Middle Aged (35-54)
North American (General)
Note: Transcripts are generated using speech recognition software and may contain errors.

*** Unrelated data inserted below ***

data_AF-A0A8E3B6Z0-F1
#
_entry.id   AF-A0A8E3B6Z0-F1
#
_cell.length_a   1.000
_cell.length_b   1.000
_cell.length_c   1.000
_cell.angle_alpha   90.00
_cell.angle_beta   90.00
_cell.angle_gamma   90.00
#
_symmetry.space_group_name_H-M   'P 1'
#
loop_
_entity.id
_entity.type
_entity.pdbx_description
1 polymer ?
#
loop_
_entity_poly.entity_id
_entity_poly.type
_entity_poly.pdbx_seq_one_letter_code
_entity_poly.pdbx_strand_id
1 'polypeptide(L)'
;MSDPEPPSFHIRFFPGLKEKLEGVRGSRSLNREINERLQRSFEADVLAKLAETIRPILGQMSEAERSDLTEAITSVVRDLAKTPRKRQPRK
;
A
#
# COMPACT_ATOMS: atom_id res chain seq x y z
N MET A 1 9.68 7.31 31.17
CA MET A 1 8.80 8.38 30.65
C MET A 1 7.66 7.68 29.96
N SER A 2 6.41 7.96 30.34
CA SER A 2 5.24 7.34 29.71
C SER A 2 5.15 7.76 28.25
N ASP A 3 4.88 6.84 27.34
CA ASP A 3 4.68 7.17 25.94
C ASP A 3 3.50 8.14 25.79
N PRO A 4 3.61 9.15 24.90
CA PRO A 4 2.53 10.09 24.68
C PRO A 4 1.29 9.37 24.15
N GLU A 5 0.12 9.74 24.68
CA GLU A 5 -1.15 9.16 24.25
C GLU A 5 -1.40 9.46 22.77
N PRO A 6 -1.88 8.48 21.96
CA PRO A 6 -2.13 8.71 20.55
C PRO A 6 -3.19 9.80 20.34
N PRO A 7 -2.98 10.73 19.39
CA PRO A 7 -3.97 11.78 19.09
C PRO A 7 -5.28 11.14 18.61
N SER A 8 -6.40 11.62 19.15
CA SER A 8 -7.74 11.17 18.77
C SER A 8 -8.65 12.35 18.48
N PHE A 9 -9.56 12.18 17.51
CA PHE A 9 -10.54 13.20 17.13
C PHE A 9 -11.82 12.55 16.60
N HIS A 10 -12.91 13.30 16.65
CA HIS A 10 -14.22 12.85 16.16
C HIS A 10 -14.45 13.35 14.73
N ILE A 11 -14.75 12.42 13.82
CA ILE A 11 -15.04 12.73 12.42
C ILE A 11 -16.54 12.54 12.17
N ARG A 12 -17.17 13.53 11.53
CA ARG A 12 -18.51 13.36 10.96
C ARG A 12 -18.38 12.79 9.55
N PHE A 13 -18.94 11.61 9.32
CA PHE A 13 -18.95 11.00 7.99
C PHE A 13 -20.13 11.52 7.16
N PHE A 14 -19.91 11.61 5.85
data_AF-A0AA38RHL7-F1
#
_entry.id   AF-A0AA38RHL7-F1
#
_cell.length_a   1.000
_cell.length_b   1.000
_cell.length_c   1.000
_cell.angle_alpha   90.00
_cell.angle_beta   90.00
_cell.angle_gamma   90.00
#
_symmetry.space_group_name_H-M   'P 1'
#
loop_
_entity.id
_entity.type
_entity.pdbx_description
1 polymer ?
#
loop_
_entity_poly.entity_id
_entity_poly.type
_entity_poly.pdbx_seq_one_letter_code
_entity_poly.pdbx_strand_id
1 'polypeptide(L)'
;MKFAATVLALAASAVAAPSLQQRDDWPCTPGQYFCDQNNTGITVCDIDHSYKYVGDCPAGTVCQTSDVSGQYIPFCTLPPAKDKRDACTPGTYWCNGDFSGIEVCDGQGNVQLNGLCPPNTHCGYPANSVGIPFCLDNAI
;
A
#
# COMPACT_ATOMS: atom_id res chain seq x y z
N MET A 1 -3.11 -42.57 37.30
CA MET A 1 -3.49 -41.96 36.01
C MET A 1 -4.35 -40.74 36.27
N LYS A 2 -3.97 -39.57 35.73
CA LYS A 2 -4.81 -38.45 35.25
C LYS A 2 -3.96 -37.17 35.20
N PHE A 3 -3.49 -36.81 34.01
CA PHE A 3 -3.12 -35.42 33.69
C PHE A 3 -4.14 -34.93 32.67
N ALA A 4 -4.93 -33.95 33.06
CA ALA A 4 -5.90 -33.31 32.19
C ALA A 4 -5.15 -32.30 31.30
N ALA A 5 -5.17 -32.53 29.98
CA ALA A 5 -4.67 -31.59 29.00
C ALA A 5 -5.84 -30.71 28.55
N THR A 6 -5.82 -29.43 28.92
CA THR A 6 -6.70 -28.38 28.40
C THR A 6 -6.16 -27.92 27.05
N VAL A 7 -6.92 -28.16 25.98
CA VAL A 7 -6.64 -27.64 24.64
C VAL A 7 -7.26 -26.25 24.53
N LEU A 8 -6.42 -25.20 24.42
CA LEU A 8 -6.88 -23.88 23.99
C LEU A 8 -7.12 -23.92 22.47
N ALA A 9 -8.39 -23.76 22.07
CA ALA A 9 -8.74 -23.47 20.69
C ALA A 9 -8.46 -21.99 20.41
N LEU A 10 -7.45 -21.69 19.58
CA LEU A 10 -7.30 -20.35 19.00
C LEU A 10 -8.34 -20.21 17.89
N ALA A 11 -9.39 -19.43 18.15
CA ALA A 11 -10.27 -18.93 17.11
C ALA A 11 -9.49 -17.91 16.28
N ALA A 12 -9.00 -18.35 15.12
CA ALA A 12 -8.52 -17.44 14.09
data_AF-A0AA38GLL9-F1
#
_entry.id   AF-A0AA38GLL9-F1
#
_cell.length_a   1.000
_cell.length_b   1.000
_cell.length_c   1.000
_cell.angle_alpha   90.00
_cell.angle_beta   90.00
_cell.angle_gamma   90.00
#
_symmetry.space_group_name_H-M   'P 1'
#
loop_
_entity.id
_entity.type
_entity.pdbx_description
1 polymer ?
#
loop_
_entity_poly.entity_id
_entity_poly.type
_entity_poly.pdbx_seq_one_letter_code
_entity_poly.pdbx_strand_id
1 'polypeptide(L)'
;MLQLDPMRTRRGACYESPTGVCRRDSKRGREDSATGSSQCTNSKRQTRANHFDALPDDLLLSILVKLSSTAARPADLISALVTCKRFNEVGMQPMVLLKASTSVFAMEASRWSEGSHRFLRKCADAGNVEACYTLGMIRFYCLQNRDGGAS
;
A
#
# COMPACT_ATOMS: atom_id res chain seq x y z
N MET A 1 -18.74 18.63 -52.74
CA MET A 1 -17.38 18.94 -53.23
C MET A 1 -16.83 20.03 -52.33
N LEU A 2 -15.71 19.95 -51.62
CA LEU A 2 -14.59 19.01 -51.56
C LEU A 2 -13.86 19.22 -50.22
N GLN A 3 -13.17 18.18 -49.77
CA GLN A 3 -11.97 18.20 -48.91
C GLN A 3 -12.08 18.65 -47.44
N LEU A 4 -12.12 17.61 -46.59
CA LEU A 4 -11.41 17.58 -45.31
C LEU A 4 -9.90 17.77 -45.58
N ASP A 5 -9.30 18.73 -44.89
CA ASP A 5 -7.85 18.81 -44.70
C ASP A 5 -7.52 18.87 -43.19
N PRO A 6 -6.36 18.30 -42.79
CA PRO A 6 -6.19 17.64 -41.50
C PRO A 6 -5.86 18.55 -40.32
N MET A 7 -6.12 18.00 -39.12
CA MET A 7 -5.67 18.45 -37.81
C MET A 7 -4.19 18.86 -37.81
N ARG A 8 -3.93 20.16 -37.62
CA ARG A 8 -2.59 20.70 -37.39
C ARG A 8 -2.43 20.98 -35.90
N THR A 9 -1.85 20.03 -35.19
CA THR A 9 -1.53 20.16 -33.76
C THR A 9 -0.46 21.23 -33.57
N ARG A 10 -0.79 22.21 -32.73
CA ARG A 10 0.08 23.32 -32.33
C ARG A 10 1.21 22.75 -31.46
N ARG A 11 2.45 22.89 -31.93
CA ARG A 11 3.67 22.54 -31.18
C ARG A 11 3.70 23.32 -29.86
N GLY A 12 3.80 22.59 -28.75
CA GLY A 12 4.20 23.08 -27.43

sitting far away in his stuffy office in Los Angeles with a cigar in his mouth, Peter tossed down a brown folder and put his cell phone on speaker. Phone to what do I owe the honor? Hey, hey, peed, Sarah said in a relieve voice. I'm glad you took my call, and I know I haven't called and I should hang up and mail my boot to backside. Peter griped. He puffed on his cigar at the age of 62. The man wasn't in any mood to show manners toward a friend who had essentially tossed cold water in his face. I know how I know, Sarah admitted in a guilty voice. What can I say, Pete? The divorce took the wind out of my sails. You can hate me and hang up now. Peter looked down at his cell phone. Compassion broke his heart. He took the cigar out of his mouth and set it down in the middle, ashtray, rubbed his thick grey beard and then shook his head. You know I can't turn my back on you, cat, Sarah chuckled. No one is called me by that name in a long time. Listen, Pete, she said, fighting back her tears. I need a favor. Can you see if Sergeant Ori Lucas is still on the force? Peter picked up his cell phone, swiveled around in his black office chair and looked out of the dusty window at a view of the mysterious city people in Southern California called home. Sergeant Lucas is still playing errand girl, for the guys in suits around here saw her fetching coffee this morning. Sarah didn't know whether to be relieved or upset. Are you sure? What am I asking? Of course you're sure what's going on? Kat? Peter asked, Alarmed. Why the sudden interest in that nosy goat? And nothing I can't handle Pete? Sarah promised. It's your great hearing your voice. How's Beth? Fussy, Peter replied, and rolled his eyes. That woman finds more to fuss about in one minute than I can in an entire lifetime. Thank goodness for overtime. Sara smiled, Hearing Peter's voice was great. You sure taught me a lot. The old grouch, and you sure were green behind the ears, Peter retorted, Now caught in the act and tell me what's going on up there with e polar bears. I heard some hotshot from New York, moved into your neck of the woods. And now you're talking about Lucas. Spill the beans, cat. I wish I could, Pete. I really do. But the truth is, I don't know what's going on. I thought maybe Lucas might have Ah, vendetta against me because you chewed her down to size. Peter asked. I was in a very bad mood that day. Pete. I shouldn't have been so hard. And the woman? Yeah, you should have. Everyone in this department is sick and tired of Lucas sneaking around with her hungry eyes. The important thing is that I was wrong. Sara said wrong about what Peter demanded. I'm not sure yet. Sarah confessed she wanted to tell Peter about being Millie Stevens about the snowman killer from Frost Worth. Siri. She was writing about the hideous snowman. The rocks, snowballs, everything. But she couldn't do me a favor, will you? If I can Cat in the middle of the case right now, the John Doe was found washed up on the beach yesterday. See if anyone I sent off to prison has been paroled recently. Will you? If anyone we know has been set free, give me a call, Okay? Sarah tried to control her voice, but it wavered with fear. Sure, sure, Peter said, hearing the desperation in his old partners voice. I'll give you call back in a few hours. Call my cell phone. Sarah gave him her cell phone number. If you can't get through, try the number. I'm calling you one now, cat, Peter said in a stern voice. If you're in trouble and you're not telling me, so help me, I'll drive up to that frozen tundra you're calling home and put my foot up your backside. Thanks, Pete, Sarah said in a grateful voice. Call me. Okay, Sure, sure, Peter side, Give me a few hours. You're the best. Pete, by Sarah hung up the phone and wiped tears away from her eyes. I miss you, Pete, she whispered.